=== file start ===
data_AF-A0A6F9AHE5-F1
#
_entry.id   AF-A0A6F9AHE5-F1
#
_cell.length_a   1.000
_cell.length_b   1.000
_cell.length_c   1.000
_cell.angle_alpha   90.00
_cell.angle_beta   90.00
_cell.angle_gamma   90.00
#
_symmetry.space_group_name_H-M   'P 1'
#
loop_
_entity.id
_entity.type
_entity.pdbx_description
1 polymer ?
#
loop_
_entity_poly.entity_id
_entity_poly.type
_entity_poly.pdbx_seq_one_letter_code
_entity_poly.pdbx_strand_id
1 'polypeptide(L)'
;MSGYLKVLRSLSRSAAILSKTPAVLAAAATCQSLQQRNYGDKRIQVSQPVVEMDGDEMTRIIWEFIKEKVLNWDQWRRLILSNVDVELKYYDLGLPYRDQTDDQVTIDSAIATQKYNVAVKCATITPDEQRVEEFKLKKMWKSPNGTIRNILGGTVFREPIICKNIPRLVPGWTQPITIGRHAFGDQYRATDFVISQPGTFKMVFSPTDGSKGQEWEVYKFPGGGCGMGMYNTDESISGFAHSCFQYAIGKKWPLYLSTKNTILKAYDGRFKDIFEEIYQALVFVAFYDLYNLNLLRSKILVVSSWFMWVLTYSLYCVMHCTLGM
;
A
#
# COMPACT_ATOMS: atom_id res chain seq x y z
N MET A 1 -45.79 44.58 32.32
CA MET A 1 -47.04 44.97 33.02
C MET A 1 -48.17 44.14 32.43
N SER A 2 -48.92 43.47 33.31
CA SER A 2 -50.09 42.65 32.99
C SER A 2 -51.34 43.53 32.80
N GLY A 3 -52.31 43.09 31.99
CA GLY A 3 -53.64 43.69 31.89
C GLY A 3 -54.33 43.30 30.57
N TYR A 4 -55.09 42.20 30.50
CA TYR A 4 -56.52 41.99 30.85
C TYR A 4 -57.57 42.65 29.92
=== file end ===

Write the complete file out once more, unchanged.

data_AF-A0A6F9AHE5-F1
#
_entry.id   AF-A0A6F9AHE5-F1
#
_cell.length_a   1.000
_cell.length_b   1.000
_cell.length_c   1.000
_cell.angle_alpha   90.00
_cell.angle_beta   90.00
_cell.angle_gamma   90.00
#
_symmetry.space_group_name_H-M   'P 1'
#
loop_
_entity.id
_entity.type
_entity.pdbx_description
1 polymer ?
#
loop_
_entity_poly.entity_id
_entity_poly.type
_entity_poly.pdbx_seq_one_letter_code
_entity_poly.pdbx_strand_id
1 'polypeptide(L)'
;MSGYLKVLRSLSRSAAILSKTPAVLAAAATCQSLQQRNYGDKRIQVSQPVVEMDGDEMTRIIWEFIKEKVLNWDQWRRLILSNVDVELKYYDLGLPYRDQTDDQVTIDSAIATQKYNVAVKCATITPDEQRVEEFKLKKMWKSPNGTIRNILGGTVFREPIICKNIPRLVPGWTQPITIGRHAFGDQYRATDFVISQPGTFKMVFSPTDGSKGQEWEVYKFPGGGCGMGMYNTDESISGFAHSCFQYAIGKKWPLYLSTKNTILKAYDGRFKDIFEEIYQALVFVAFYDLYNLNLLRSKILVVSSWFMWVLTYSLYCVMHCTLGM
;
A
#
# COMPACT_ATOMS: atom_id res chain seq x y z
N MET A 1 -45.79 44.58 32.32
CA MET A 1 -47.04 44.97 33.02
C MET A 1 -48.17 44.14 32.43
N SER A 2 -48.92 43.47 33.31
CA SER A 2 -50.09 42.65 32.99
C SER A 2 -51.34 43.53 32.80
N GLY A 3 -52.31 43.09 31.99
CA GLY A 3 -53.64 43.69 31.89
C GLY A 3 -54.33 43.30 30.57
N TYR A 4 -55.09 42.20 30.50
CA TYR A 4 -56.52 41.99 30.85
C TYR A 4 -57.57 42.65 29.92